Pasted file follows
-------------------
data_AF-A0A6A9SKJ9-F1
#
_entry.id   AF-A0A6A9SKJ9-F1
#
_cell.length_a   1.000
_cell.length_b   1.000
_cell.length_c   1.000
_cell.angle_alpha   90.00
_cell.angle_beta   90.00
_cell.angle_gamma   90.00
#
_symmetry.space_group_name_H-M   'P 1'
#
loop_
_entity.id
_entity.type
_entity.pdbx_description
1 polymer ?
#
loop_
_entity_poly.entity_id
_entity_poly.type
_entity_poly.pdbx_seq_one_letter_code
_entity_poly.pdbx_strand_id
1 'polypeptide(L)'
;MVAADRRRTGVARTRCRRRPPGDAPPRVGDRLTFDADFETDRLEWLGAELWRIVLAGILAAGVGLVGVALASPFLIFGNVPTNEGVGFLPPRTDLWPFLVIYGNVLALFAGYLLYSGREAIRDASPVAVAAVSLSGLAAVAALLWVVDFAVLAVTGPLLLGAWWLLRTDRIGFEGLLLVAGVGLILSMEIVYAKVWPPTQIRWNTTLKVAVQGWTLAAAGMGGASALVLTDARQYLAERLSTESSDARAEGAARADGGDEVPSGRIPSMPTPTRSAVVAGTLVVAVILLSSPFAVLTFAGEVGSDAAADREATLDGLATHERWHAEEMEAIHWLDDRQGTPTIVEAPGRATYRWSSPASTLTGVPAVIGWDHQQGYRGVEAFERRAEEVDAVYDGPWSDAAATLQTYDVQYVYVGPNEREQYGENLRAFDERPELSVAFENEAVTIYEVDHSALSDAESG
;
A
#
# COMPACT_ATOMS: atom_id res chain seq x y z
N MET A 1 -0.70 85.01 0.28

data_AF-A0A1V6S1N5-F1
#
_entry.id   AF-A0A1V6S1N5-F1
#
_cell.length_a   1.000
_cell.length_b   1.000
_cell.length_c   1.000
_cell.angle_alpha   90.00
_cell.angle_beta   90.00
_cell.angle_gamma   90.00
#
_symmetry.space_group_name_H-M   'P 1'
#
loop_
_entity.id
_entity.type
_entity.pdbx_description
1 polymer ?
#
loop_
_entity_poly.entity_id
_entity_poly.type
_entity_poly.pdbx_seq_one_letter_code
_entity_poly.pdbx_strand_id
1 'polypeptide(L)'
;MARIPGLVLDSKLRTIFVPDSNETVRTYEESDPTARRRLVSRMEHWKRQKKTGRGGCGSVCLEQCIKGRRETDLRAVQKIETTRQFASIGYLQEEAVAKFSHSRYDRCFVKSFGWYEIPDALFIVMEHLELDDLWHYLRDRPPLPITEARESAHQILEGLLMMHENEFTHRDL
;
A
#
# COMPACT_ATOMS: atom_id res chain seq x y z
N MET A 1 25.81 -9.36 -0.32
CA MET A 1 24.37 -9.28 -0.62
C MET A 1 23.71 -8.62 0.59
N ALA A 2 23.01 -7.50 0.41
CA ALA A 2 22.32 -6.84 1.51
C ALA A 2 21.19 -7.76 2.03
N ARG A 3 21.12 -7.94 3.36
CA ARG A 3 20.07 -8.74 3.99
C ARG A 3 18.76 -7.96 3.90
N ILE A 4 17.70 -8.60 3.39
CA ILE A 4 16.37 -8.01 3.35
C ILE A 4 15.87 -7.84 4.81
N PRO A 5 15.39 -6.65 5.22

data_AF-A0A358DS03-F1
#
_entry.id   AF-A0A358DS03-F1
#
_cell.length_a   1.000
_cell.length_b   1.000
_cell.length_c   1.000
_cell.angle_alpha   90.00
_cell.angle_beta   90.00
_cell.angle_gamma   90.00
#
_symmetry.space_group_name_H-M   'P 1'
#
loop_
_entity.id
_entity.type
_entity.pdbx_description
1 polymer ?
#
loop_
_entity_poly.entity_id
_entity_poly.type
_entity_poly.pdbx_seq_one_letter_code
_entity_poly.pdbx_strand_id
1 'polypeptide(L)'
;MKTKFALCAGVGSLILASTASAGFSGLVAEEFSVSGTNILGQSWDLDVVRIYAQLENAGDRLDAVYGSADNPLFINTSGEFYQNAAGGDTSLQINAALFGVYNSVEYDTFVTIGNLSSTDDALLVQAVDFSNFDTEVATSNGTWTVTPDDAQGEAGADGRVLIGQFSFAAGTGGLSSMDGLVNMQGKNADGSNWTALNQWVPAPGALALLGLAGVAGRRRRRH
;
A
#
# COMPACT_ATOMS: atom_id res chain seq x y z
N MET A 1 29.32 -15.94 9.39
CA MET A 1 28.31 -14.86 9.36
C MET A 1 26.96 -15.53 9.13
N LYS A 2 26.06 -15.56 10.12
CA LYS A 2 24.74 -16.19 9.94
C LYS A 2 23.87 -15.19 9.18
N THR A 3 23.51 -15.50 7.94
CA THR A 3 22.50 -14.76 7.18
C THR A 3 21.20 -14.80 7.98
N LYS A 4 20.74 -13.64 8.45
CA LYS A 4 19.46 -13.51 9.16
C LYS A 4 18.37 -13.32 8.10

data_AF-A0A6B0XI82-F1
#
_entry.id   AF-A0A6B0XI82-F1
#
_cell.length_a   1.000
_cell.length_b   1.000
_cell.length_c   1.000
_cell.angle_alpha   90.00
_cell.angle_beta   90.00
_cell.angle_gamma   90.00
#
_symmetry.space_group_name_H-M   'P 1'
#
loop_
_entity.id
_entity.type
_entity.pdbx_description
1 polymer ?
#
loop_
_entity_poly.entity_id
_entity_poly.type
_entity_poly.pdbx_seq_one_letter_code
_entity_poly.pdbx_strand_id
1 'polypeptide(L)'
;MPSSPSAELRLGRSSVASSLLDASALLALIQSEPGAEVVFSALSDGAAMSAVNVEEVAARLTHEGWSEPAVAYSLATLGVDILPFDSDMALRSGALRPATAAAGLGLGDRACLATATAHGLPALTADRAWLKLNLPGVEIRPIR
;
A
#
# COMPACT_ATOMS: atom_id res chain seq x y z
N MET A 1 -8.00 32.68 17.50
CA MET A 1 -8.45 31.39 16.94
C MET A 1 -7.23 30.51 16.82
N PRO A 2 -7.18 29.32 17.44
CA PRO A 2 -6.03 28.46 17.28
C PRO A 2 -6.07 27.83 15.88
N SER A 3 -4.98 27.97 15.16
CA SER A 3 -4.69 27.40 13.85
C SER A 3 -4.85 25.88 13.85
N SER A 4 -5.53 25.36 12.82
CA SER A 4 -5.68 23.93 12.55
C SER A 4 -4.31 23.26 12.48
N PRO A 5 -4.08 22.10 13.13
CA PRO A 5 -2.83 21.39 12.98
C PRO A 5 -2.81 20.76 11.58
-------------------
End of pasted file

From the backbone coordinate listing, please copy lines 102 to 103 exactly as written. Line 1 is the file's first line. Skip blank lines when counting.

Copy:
A
#